Then he brought them out and said, "Sirs, what must I do to be saved?" And they said, "Believe in the Lord Jesus, and you will be saved, you and your household." Acts 16:30-31
Christmas 1998 was not going to be an especially good holiday for the Klaushaus.
For the first time, in almost a quarter of a century, it was not going to be possible for us to be together with all of our children. We had always known that day would come, but we didn't expect it to come quite so soon.
Our son, Kurt, was student teaching in Hungary and was not going to be able to be with us.
There was going to be an empty chair at our Christmas table. That was hard. What was harder was knowing he would be celebrating Jesus' birth all by himself in a distant land. Oh, I had investigated the possibility of trying to fly him home, but the cost of a plane ticket was simply too great. Pamie was making the best of things, but some of her holiday sparkle was gone.
I had talked about the change with some of my church friends, and they were sympathetic. Everyone was sympathetic, except for one. That friend was more than sympathetic. Very quietly, she came to me and said, "Pastor, you know I've been doing a lot of flying back and forth to Germany for the last year or two."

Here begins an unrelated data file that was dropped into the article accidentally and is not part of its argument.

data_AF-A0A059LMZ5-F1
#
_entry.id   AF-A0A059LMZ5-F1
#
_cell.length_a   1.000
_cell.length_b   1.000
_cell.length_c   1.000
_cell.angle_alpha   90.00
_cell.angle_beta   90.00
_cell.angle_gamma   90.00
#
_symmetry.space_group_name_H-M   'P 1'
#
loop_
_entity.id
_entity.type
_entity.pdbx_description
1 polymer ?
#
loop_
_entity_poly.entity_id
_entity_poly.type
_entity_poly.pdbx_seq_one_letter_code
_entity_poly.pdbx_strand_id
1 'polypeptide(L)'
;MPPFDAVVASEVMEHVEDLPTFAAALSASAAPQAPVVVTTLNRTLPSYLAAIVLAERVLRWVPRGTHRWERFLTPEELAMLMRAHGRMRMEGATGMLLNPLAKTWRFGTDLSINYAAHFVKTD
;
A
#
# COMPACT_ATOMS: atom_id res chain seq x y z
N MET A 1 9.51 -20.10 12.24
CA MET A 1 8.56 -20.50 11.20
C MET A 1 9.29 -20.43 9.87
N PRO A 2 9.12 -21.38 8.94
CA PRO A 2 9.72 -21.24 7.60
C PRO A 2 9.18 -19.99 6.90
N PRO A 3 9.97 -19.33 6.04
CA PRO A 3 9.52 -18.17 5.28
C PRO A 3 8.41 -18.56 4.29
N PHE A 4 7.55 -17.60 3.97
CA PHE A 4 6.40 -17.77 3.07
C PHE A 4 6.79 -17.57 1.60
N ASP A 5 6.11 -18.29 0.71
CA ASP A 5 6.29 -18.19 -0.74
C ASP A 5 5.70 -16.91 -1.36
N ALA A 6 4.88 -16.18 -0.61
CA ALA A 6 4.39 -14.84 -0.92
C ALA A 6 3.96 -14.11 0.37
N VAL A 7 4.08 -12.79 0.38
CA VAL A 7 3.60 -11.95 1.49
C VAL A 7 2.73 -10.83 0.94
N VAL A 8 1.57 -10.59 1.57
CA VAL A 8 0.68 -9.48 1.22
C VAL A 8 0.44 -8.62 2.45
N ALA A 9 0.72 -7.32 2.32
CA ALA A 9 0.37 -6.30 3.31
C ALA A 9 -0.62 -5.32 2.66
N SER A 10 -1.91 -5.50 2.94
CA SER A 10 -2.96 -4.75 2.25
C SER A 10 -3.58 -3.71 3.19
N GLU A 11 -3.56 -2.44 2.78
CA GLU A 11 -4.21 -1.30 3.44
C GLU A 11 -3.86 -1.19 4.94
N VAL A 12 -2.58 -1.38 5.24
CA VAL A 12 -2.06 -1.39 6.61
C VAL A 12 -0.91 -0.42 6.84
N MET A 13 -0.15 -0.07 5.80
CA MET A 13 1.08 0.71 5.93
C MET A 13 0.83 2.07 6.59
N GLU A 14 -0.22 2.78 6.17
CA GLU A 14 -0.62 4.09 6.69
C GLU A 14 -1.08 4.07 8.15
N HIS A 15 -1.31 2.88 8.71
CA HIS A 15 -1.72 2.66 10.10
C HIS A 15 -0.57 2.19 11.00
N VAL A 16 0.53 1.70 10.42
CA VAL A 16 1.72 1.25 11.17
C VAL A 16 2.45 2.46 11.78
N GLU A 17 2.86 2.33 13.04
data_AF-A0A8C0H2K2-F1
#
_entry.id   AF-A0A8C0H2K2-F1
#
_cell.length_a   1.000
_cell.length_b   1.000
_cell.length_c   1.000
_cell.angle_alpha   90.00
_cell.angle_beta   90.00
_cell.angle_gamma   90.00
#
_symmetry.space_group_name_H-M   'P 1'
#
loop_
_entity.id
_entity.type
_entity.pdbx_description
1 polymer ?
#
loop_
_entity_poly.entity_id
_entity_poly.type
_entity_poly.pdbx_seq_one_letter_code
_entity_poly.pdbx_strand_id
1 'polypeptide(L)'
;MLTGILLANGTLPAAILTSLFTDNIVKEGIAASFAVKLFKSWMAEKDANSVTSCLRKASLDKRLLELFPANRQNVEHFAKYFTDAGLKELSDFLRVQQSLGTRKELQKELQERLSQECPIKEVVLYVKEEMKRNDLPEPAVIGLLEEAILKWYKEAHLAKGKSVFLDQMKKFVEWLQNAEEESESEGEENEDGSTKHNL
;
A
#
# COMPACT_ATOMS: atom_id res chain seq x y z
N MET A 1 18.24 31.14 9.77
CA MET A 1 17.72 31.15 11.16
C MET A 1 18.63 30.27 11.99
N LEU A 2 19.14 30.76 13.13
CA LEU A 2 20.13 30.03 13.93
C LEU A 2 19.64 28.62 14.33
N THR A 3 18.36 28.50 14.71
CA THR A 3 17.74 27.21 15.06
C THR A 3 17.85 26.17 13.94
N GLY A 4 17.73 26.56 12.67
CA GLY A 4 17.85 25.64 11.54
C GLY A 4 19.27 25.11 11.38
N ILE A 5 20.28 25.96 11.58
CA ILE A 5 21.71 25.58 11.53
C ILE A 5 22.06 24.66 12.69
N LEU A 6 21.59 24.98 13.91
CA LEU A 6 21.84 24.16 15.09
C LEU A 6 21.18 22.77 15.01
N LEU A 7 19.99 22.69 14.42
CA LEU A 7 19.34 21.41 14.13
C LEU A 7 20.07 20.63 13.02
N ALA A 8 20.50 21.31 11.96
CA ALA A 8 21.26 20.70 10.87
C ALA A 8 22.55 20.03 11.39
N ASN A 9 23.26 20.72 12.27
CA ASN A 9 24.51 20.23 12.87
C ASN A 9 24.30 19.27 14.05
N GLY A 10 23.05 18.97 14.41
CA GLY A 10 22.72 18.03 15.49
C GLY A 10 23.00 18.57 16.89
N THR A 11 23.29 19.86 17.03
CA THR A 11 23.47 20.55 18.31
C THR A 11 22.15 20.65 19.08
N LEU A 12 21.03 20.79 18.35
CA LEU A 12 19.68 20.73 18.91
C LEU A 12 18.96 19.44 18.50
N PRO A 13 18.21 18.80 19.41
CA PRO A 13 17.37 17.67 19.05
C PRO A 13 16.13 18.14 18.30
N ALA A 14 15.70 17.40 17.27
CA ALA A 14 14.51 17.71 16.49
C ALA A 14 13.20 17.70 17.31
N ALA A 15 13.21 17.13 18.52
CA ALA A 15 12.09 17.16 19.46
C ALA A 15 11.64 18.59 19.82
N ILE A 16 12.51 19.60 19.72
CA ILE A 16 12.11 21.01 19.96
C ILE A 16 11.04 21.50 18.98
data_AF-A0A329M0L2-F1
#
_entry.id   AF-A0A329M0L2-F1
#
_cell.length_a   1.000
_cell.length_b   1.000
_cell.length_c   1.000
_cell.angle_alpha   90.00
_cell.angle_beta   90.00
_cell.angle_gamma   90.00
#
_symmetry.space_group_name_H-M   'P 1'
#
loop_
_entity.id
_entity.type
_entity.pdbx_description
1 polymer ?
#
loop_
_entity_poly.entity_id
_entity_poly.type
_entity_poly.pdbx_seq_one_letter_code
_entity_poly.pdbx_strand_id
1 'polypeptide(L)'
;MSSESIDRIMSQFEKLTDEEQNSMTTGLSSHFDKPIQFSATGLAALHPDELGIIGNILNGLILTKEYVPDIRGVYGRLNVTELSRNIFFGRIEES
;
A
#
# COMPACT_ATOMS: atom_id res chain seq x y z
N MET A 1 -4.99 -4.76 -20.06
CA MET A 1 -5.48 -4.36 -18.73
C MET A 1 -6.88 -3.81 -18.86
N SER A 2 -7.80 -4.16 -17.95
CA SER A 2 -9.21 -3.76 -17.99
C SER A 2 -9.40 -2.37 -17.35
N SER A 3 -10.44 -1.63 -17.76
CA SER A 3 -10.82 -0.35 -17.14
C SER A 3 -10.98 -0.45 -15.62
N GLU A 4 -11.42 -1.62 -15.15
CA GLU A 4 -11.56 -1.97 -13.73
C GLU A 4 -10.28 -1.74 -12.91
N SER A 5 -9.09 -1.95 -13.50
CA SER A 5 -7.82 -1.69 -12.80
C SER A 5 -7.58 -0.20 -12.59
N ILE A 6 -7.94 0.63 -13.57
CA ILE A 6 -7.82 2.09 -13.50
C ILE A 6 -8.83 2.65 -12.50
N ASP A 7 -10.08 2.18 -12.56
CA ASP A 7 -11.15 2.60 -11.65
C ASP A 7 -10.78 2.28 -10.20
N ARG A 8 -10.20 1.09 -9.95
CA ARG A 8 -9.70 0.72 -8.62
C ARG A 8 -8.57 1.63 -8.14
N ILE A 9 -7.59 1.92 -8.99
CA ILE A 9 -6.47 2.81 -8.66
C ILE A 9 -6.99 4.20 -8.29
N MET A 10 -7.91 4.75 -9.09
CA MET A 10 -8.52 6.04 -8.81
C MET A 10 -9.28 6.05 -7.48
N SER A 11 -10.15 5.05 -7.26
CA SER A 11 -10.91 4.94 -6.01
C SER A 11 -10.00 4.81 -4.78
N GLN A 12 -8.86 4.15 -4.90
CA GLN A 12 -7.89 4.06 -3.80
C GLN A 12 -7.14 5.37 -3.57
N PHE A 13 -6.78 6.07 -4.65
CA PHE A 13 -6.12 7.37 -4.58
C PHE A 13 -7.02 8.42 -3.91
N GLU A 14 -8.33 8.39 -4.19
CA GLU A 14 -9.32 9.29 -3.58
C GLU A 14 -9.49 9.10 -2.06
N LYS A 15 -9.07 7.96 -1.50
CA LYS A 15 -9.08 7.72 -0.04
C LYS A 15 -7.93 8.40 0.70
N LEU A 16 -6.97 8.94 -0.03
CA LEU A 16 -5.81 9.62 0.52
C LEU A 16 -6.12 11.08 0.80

I knew that.
She continued, "I've been doing a lot of flying, and I've got a whole bunch of frequent flyer miles. I'd like to give you some of those miles to bring Kurt home."
With her generosity, plans were made to do just that.
Oh, one other thing: I didn't tell Pam. I just walked around with an idiotic smile on my face. Finally came the day ... the day before Christmas. Our doorbell kept ringing as people from the parish stopped by with a gift, or a card, or to thank us, or wish us well. Wonderful people, wonderful.
Then, around ten o'clock in the evening there was another ring ... too late for most members to be paying a visit.
I called out to Pam, "Honey, can you get that? I'm busy." She went, and I, out of sight, followed and watched. Pam turned on the porch light, and froze. Really, she froze. She couldn't believe her son was home. Her family was together because of the gracious kindness of a very special lady. The passing of years has made her gift to us no less special.
Now it occurs to me that if the Klaushaus can be grateful to a lady for a gift made almost 30 years ago, we Christians ought to find it easy to be thankful for God's Son who has, through His gracious act of deliverance, brought us back into the family of the Father.
His willingness to take our sins upon Himself and fulfill the Laws we have broken have given us a gift, which should never tarnish or fade. It is truly the one gift we have received that will always keep on giving.
THE PRAYER: Dear Lord, we are unworthy sinners who deserve no place at the heavenly banquet table. Still, because of Jesus' life, death and resurrection, we are forgiven and welcomed home, never to be separated. For this we give thanks in Jesus' Name. Amen.
In Christ I remain His servant and yours,
Pastor Ken Klaus
Speaker emeritus of The Lutheran Hour®
Lutheran Hour Ministries
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